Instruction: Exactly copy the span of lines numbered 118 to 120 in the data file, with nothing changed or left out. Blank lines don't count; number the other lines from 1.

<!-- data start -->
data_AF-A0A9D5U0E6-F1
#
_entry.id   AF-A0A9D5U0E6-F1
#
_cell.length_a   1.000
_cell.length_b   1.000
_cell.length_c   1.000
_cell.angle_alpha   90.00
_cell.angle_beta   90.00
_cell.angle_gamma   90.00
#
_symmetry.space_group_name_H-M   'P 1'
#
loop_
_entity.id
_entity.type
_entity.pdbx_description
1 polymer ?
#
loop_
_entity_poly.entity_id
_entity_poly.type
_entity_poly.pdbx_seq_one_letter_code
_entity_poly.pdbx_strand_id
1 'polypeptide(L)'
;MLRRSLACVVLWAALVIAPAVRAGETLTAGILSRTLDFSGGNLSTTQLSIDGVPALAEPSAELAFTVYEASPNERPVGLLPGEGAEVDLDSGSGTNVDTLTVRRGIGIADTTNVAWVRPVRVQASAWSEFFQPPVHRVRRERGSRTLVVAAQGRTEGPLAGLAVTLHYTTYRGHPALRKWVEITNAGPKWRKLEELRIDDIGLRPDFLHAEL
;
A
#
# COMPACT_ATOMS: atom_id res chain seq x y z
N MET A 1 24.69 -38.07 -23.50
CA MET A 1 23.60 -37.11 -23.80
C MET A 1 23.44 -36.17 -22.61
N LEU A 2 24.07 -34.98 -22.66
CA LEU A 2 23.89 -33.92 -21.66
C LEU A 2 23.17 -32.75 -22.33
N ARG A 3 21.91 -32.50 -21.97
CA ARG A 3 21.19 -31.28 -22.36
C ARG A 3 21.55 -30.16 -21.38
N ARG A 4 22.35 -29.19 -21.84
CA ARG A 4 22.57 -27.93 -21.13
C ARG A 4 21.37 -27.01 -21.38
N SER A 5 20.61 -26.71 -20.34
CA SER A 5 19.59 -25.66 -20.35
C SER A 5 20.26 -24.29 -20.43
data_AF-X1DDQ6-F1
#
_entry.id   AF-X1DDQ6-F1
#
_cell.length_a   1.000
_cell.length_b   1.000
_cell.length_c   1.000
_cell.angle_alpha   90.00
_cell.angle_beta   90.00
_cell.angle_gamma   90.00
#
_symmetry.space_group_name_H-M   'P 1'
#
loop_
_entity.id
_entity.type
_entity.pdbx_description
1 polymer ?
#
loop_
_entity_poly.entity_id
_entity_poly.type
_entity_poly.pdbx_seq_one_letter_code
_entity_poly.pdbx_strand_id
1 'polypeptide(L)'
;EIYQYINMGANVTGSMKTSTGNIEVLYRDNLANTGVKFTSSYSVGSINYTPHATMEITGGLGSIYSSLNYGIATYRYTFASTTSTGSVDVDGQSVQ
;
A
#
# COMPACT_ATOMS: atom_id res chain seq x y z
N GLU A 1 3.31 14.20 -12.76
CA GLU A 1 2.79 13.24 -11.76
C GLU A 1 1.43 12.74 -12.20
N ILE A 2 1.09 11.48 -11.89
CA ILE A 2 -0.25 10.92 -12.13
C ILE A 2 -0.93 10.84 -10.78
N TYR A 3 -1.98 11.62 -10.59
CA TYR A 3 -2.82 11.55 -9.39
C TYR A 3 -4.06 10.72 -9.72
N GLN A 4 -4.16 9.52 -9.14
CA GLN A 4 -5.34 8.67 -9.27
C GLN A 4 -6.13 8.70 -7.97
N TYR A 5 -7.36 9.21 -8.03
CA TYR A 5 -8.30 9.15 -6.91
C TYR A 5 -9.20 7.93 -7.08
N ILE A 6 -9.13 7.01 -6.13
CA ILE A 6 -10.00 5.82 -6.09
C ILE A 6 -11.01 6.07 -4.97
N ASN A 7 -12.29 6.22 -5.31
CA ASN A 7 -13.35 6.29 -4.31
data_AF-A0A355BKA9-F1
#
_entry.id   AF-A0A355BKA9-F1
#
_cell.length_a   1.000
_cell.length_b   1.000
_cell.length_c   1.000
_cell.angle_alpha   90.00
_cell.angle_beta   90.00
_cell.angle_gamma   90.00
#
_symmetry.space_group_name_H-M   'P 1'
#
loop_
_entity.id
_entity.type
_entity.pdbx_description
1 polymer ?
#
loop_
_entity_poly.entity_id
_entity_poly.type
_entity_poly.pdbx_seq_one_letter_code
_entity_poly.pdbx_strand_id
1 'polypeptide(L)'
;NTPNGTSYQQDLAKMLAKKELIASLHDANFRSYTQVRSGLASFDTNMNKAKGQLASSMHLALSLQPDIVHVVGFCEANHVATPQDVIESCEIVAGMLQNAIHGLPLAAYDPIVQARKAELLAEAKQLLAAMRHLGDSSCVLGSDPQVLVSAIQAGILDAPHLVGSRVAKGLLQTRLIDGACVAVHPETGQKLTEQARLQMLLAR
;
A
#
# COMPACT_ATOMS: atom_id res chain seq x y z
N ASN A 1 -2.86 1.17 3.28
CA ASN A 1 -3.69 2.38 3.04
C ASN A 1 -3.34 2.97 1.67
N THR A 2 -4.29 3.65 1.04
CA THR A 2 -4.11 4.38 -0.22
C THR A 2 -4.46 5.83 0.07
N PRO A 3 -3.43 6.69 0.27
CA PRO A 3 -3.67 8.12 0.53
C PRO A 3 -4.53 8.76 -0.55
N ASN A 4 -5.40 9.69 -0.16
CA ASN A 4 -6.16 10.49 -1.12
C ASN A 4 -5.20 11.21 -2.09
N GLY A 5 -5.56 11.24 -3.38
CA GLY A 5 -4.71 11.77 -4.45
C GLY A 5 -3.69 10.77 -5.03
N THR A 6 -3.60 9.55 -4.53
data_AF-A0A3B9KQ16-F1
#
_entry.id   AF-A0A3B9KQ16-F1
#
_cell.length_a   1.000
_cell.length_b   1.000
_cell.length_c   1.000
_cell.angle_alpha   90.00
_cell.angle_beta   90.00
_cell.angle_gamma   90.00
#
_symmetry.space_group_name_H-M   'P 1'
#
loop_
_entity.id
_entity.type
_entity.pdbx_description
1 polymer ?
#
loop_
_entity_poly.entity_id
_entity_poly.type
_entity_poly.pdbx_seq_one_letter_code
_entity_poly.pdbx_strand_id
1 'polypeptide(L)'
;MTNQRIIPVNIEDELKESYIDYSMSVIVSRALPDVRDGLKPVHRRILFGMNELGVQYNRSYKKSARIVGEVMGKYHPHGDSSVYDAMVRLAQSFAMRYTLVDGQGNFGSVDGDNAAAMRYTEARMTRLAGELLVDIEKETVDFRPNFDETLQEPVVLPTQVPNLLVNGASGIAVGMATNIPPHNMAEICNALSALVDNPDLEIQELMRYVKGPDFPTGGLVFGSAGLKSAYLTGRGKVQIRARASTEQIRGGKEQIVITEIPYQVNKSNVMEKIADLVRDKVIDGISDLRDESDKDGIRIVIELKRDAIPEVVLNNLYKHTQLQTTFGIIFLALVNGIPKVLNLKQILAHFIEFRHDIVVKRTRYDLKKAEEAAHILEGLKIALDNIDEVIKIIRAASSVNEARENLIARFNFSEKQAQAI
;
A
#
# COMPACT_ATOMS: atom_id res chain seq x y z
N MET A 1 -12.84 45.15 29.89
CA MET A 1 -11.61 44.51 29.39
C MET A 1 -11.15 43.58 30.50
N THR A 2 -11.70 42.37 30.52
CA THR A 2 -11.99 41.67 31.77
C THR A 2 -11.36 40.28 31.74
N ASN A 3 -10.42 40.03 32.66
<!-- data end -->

_entity_poly.pdbx_seq_one_letter_code
_entity_poly.pdbx_strand_id
1 'polypeptide(L)'